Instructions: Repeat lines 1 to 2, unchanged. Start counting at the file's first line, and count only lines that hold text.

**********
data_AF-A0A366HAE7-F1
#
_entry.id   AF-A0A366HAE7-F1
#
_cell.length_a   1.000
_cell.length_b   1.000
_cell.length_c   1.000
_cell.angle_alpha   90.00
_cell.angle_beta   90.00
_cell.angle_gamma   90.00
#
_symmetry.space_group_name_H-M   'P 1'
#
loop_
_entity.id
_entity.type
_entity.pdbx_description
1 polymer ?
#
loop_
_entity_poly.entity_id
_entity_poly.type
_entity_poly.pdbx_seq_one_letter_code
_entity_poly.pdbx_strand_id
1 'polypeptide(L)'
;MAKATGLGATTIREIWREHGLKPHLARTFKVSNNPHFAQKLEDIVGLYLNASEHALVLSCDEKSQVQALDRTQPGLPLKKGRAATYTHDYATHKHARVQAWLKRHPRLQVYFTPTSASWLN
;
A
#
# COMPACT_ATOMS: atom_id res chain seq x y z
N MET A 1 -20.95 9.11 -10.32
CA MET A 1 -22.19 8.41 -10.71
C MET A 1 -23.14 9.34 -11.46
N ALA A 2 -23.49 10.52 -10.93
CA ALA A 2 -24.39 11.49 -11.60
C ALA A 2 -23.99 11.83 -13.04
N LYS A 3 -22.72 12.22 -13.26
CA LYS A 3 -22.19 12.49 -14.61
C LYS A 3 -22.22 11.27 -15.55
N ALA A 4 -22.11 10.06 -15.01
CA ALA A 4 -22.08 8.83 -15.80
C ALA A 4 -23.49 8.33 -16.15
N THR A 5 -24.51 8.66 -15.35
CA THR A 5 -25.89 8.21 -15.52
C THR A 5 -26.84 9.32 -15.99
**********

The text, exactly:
data_AF-A0A366HAE7-F1
#